and through legitimate channels. Yet Freemasonry teaches moderation,
self-control, temperateness, regularity, and lawfulness in all carnal
requirements and relations. Gen. 2:19,25 -
Gen. 3:19 - Gen. 4:1 - Prov. 23:1,2 - Rom. 8:5,6
An agate stone,
usually blood-red color, but some stones may vary from yellow to brown.
Also called Sardonyx.
A kind of map,
on which are pictured the emblems illustrative of the several degrees of
Freemasonry, and by reference to which neophytes are instructed. They
were formally traced upon the floor, hence the term carpet. EXAMPLE
or ornate framing device usually encircling a coat of arms, personal initials,
or one of the elements of the English hallmark system.
provided by the issuing authority for the storage and transportation of jewels
and badges. The case is meant to compliment the jewel and accompanies it
during presentation. A typical case is attractive and well constructed
and consists of a lid hinged to a bottom compartment, a button type tension
catch to open and close the lid, and interior satin lining. The exterior
of the case has a covering of Leatherette or some other texture, and the top
of the lid is often stamped with the name of the maufacturer. A
synonymous term is presentation case.
glass or plastics, formed in a mold by pouring in a molten state.
Brass / Cast Iron
A hard but
brittle metal, easily broken when using rivets. Iron or brass is melted
in a furnace and run off into a crucible which is transported to the mold and
the molten metal poured in. The molds are prepared in advance, with the
smaller objects to be cast made by placing a wooden pattern on a board inside
one half of a steel box, which is filled with sand. The steel box is inverted
and another half box placed on top and more sand added. The box halves
are separated, the pattern is removed, and runners are cut out to take the
molten metal. The box halves are then rejoined and a pouring cup placed
on top, ready to receive the molten metal. Also see Lost
From time immemorial the timbers of the cedar tree have been considered of
unusual value because they never decay not rot. The cedar tree was in
ancient times a symbol of eternity, and the cedar wood was sacred among the
Hebrews. The Ark of the Covenant for the Tabernacle was made of cedar.
For these reasons King Solomon used exclusively cedar timbers in the building
of the Temple. Since the most excellent cedar forests of the world have
always existed in Mt. Lebanon, Solomon formed an alliance with Hiram, king of
Tyre, and secured from these forests the necessary timbers for building the
Solomon sent to Hiram King of Tyre saying, now therefore command thou that
they hew me cedar trees out of the Forest of Lebanon, so Hiram gave Solomon
cedar trees and fir trees according to all his desire.
1 Kings 5:2-10 - Ps. 92:12 -
1 Kings 5:2-10 - Ezra 3:7
Illustration of the Forest of
nitrate with additives to create various colors to simulate other materials
such as ivory, shell and horn; French ivory (commonly used for dresser sets
and similar products) was just another name for celluloid simulating ivory.
Also transparent sheets. Early forms were highly inflammable. Known under
several trade names. The most common use of celluloid was for the covers of
matchsafes. One of the specialties of The Whitehead & Hoag Co. of
Newark, New Jersey was celluloid advertising items; they held a patent for a
method of printing on pyroxylin (celluloid), granted on June 6, 1905, but
applied for on May 25, 1900. EXAMPLE
is the mystic tie of Fraternalism? The symbolic tie that binds men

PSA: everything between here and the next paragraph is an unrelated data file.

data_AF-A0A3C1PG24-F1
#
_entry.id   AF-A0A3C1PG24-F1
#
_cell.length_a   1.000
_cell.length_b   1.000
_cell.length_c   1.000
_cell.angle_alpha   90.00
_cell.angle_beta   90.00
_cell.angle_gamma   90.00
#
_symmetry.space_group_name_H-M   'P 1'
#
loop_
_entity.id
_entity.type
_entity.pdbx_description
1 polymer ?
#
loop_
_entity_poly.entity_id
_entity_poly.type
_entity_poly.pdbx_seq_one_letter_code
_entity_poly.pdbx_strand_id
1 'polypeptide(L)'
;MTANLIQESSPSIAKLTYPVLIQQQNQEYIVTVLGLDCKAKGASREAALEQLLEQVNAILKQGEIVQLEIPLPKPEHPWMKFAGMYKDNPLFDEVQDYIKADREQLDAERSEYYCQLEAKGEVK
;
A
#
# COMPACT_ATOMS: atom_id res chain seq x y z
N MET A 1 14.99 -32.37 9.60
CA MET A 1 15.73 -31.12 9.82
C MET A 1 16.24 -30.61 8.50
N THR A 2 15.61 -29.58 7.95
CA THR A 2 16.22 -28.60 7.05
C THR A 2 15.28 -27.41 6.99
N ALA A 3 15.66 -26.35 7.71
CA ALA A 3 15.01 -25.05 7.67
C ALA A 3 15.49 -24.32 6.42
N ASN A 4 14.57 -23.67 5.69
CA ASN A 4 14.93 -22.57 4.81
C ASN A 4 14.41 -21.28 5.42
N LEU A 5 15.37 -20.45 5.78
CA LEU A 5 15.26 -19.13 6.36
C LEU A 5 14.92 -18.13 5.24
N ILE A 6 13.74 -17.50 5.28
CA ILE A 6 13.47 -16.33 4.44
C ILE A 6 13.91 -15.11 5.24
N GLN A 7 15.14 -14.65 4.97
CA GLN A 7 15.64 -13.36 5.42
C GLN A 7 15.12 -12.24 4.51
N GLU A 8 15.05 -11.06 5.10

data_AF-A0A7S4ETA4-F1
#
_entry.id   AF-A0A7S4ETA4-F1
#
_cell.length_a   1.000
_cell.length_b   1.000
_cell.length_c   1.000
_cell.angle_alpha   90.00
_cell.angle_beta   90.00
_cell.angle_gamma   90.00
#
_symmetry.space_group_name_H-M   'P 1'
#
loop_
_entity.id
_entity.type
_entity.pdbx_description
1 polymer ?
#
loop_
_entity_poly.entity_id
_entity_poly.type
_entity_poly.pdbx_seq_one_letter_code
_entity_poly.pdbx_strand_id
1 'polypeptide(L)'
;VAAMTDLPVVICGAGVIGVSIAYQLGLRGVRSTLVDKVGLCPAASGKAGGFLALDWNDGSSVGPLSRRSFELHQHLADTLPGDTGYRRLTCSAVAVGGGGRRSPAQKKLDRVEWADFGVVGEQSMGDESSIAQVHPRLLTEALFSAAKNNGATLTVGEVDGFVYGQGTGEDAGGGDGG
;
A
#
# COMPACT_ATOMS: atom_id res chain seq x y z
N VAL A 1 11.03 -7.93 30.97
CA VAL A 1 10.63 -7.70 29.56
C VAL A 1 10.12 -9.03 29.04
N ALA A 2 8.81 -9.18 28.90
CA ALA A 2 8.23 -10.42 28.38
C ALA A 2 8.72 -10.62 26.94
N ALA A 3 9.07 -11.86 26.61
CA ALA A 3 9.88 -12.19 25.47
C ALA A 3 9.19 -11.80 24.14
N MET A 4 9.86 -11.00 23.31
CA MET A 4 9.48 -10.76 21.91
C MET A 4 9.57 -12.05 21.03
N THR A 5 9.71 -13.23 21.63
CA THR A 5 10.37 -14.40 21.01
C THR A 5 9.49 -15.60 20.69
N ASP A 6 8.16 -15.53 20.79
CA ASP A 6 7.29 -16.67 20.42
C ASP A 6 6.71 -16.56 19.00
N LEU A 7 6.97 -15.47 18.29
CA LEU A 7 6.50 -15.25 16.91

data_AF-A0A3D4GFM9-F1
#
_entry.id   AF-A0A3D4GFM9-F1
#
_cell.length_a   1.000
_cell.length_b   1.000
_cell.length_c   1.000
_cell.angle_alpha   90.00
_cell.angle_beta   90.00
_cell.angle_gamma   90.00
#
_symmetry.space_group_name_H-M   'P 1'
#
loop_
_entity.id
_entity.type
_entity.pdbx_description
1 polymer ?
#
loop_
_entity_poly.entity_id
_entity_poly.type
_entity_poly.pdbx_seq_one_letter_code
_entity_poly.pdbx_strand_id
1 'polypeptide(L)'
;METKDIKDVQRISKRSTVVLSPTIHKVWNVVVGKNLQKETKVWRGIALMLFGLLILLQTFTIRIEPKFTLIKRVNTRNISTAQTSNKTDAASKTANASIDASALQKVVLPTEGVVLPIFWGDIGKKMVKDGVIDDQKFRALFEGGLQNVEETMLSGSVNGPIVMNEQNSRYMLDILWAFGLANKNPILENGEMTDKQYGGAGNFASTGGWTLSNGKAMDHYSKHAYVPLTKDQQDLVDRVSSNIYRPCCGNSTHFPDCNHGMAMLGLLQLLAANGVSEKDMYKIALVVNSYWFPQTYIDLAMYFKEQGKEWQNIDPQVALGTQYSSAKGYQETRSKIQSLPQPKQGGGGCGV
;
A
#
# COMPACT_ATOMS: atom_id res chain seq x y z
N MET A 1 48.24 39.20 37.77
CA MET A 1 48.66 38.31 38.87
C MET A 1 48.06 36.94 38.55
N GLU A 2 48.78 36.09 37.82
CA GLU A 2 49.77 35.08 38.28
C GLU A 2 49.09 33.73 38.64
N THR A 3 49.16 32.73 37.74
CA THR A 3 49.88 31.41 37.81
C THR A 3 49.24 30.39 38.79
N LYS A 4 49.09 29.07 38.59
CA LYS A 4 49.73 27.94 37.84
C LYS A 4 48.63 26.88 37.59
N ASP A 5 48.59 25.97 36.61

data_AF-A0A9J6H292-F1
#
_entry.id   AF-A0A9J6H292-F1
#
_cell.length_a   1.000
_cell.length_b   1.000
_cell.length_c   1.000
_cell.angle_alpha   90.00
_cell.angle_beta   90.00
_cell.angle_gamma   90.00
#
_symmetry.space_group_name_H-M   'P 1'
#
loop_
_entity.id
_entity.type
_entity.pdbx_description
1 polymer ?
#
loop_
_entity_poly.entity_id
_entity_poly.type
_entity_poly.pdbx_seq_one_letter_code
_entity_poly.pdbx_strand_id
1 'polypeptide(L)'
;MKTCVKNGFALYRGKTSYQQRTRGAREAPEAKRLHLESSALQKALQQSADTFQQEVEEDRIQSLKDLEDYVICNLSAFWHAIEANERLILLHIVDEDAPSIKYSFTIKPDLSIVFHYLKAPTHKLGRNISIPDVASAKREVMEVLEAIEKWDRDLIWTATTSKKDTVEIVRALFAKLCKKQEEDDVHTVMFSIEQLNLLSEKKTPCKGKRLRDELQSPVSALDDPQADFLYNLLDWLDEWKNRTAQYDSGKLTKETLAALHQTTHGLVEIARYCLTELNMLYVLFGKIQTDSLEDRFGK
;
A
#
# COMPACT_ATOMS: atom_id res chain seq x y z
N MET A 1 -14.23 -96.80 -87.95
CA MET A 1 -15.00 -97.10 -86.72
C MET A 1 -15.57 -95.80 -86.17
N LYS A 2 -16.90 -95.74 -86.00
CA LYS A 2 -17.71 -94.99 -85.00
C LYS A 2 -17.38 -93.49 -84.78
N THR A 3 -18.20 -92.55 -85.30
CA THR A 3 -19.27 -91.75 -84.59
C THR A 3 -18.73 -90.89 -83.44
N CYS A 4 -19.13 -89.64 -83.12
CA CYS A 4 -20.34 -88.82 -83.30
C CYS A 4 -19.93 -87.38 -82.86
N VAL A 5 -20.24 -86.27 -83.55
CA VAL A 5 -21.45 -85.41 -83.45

together, the cement of brotherly love. The Lodge is strongly cemented
with love and friendship, and every brother is duly taught secrecy and
prudence, morality and good fellowship.
1 Thes. 4:9
The art of
making objects of clay and similar materials treated by firing. All forms of
pottery, glazed and unglazed.
This is the
formation of the Brethren in a circle, holding each other by the hands.
Each brother crosses his arms in front of his body, giving his right hand to
his left hand neighbor and his left hand to his right hand neighbor. It
is a symbol of the close connection of all Masons in a common brotherhood, and
is usually practiced around the grave in Masonic Burials.
A cup used in
religious rites. It forms a part of the furniture of a Commandery of
Knights Templar, and some of the higher degrees of the French and Scottish
Rites. It should be made either of silver or gilt metal. The stem
of the chalice should be about four inches high and the diameter from three to
Charcoal, and Clay
By these three
substances are beautifully symbolized the three qualifications for the
servitude of an Entered Apprentice--freedom, fervency, and zeal. Chalk
is the freest of all substances, because the slightest touch leaves a trace
behind. Charcoal, the most fervent, because to it, when ignited, the
most obdurate metals yield; and clay, the most zealous, because it is
constantly employed in man's service, and is constantly reminding us that from
it we all came, and to it we must all return. In the earlier lectures of
the last century, the symbols, with the same interpretation, were given as
"Chalk, Charcoal, and Earthen Pan."
An Illustration of Chalk,
Charcoal, and Clay
cutting troughs in the metal into which the melted enamel is poured. After
firing, the surface is ground flush and polished.
A confused and
shapeless mass, such as is supposed to have existed before God reduced
creation into order. It is a Masonic symbol of the ignorance and
intellectual darkness from which man is rescued by the light and truth of
Masonry. Hence, ordo ab chao, or, "order out of chaos,"
is one of the mottoes of the Institution.
cocked hat worn in the United States bodies by Knights Templar. The
regulations of the Grand Encampment of the United States, in 1862, prescribe
that it shall be "the military chapeau, trimmed with black
binding, one white and two black ostrich plumes, and appropriate cross on the